Bill deBlasio won the NYC mayoral election by a landslide. According to the New York Times, virtually every vote cast by Black New Yorkers — 96 percent — went his way. Mr. deBlasio scored a bigger number of Black votes than New York City’s first Black mayor in 1989, David N. Dinkins!
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It’s being reported that in postelection interviews, dozens of Black New Yorkers said that de Blasio’s personal touch, his biracial family and his pledge to help the working-class and poor had affected them deeply. Not everyone votes in the same way, but when there is a candidate you feel represents you, either because his family is a portrait of progression or you’ve followed his political career and know that deBlasio’s always been an ally for Blacks, a landslide win was expected. According to postelection interviews with deBlasio supporters, the new NYC mayor understands what Blacks people have gone through:
“He knows what the average person’s going through, because he’s been experiencing what they’re going through.” – Veronica Sibblies, a Jamaican immigrant.
“Some Black people probably are breathing a sigh of relief, that finally we have someone that is going to at least represent our concerns, and try and make life better for us.” – Steven Worrell, a Family Court worker.
deBlasio is more than just a White politician who understands the plight of Black people because he goes home to a Black family every night. In the 90’s, deBlasio worked as a federal housing administrator, working with poor and working-class New Yorkers struggling to afford their homes. deBlasio has always had his finger on the pulse of the Black community, so it’s no surprise that he’s been fully embraced by us.
I remember making a joke about it a few months back. Oh, deBlasio has a Black former lesbian wife? One of his kids rocks an Afro envied by #TeamNatural members everywhere? I’m sure Black folks are in love, especially if his win means we get to say goodbye to Michael Bloomberg, the former mayor who has alienated many New Yorkers of color with his controversial stop-and-frisk policy.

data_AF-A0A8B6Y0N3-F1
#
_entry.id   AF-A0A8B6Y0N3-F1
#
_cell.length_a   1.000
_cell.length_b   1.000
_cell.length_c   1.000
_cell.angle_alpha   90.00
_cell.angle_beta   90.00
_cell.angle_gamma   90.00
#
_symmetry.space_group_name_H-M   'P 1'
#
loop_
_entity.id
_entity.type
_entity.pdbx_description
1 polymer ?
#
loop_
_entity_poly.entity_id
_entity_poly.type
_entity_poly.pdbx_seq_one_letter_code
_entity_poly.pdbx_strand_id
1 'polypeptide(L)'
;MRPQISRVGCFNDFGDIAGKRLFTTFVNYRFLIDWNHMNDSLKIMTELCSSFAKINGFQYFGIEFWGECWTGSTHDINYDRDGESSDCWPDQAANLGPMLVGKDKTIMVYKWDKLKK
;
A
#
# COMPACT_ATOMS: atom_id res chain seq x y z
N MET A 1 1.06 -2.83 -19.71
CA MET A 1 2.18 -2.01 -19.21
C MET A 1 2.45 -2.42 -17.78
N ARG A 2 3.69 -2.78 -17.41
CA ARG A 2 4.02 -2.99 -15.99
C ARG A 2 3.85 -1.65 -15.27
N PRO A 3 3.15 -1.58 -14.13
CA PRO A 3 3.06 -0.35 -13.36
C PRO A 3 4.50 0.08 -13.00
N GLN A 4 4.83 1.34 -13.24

Under the policy NYPD officers have stopped and frisked a staggering 680,000 plus people in 2011, of which more than half were Black and 34 percent were Latino. Only nine percent of those stopped-and-frisked were White. With these basic statistics, it’s fair to say the 96 percent of Black New Yorkers who voted deBlasio in are more than happy to have someone in the mayor’s office who has their best interest at heart.
Admittedly, there are plenty of Black people who voted for deBlasio based on his Black family and which echoes, the “How He’s Doing” skit from Kerry Washington’s appearance on “Saturday Night Live,” commenting on the unwavering support from Black voters for President. deBlasio may benefit from this same type of “he’s one of us” appreciation, but up until this point in his career deBlasio has been a supporter of policies that help in NYC. When deBlasio wasn’t attempting to raise taxes for the rich (earning $500K and up per year), he was trying to pour money to City University of New York schools to decrease tuition, making it more affordable for those who couldn’t foot the bill. Let’s help deBlasio continues to back up his perceived understanding of “us” with policy and legislation.
What do you think about Bill deBlasio’s landslide win? Let’s chat @Rhapsodani.
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